Cooler (negative anomalies)






    Above 2000 m

    IST Anomalies

    IST Anomaly




    Trend = +0.36°C / decade

    Below 2000 m

    Greater IST increase below ~2000 m, consistent with ATM, ICESat and GRACE measurements showing greater mass loss below ~2000 m

    Surface melt above ~1500 m is refrozen and retained (Humphrey et al., 2012), while melt below ~1500 m runs off, contributing to SLR

    IST Anomaly


    Trend = +0.48°C / decade

    Maximum Melt Extent based on the MODIS IST ESDR, 2000 – 2011

    Only 1 day of melt in the year

    3 days of melt in the year

    2 days of melt

    4 or more days of melt

    Maximum Melt Extent based on the MODIS IST ESDR, 2000 – 2011

    Based on 4 or more days of melt (red on maps)

    Only 1 day of melt in the year

    *Based on melt = IST>-1°C

    3 days of melt in the year

    2 days of melt

    4 or more days of melt

    Satellite-Derived Melt Maps

    • Passive- and active-MW instruments detect surface and near-surface melt whereas IR instruments detect only surface melt;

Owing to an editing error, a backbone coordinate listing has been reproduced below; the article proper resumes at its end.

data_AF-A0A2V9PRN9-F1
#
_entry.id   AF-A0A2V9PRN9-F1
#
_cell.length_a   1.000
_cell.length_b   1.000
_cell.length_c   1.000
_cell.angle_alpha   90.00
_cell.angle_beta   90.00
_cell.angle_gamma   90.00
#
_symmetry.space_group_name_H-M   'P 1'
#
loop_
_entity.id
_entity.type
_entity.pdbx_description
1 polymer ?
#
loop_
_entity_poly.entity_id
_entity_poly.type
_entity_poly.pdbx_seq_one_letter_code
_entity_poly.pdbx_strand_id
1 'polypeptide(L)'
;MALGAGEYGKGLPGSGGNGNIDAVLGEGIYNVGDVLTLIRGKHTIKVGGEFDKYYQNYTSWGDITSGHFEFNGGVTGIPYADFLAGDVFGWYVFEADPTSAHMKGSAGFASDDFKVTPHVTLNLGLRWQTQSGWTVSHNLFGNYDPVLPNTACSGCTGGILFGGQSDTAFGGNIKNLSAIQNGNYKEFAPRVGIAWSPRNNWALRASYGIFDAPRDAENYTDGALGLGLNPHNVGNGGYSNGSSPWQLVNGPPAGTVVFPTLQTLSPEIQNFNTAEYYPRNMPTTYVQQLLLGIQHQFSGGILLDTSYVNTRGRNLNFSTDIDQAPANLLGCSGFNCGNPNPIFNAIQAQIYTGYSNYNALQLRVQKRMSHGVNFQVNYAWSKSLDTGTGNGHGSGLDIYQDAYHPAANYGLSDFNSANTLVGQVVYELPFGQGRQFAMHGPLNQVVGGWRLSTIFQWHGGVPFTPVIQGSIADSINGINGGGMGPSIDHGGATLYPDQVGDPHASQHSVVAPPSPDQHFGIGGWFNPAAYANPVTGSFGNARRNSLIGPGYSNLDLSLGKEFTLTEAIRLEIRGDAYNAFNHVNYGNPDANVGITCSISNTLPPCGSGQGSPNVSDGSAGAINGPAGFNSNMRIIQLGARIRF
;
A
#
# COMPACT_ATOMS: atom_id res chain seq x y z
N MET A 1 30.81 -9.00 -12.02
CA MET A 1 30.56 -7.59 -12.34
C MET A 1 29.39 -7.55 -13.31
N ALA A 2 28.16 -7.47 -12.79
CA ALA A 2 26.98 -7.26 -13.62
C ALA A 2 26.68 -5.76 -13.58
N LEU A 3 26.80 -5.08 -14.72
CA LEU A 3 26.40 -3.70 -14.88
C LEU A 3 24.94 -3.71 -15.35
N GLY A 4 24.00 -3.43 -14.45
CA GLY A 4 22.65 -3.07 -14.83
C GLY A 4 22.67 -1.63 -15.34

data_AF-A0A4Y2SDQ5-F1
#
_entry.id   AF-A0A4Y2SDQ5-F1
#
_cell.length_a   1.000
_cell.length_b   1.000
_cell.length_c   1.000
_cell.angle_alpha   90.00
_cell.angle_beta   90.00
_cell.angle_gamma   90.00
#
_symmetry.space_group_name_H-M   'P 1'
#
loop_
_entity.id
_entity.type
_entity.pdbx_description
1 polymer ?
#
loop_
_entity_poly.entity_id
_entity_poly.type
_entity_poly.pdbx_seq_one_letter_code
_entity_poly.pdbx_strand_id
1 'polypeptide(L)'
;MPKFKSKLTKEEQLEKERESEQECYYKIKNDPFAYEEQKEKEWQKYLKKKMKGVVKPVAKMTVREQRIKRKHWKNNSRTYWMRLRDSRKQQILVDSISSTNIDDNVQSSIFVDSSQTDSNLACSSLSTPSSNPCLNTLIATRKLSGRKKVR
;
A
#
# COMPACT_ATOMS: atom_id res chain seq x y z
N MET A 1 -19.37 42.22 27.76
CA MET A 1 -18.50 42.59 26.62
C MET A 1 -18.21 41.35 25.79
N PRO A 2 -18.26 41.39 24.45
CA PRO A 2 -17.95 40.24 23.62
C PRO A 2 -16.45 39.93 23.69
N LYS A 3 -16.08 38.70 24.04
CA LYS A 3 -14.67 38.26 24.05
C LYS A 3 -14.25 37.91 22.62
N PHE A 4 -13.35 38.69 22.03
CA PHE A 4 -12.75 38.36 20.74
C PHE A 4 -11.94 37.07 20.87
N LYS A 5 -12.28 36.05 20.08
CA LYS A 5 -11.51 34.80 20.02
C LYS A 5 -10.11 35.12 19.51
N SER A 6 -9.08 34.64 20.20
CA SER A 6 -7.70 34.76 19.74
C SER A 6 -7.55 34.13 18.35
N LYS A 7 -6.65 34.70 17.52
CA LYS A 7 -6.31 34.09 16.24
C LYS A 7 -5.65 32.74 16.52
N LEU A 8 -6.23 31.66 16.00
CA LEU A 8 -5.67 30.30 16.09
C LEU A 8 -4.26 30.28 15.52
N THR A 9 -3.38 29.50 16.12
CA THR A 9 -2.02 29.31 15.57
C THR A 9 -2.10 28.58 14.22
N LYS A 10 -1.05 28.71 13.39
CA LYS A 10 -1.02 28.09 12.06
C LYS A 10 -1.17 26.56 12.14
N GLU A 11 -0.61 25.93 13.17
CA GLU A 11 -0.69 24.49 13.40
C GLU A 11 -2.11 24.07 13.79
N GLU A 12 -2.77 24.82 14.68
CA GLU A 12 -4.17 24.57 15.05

• Must resolve issues in measuring melt extent to provide ice sheet modelers with more accurate information.

    Estimated potential maximum sea level rise from the total melting of present-day glaciers


    After Williams and Hall, 1993


    • Changes in Arctic sea ice, duration of ice cover on lakes, mountain glaciers, snow cover, permafrost and the Greenland Ice Sheet have been observed;

    • ATM, ICESat and GRACE measurements show mass loss of the Greenland Ice Sheet below ~2000 m in elevation;

    • A consistent pattern of ice sheet warming and increasing melt extent has been observed with different instruments, though the magnitude of changes differs;

    • IST can validate skin-temperature output of models, and as input to ice dynamics models, to improve accuracy of ice sheet mass balance and SLR estimates.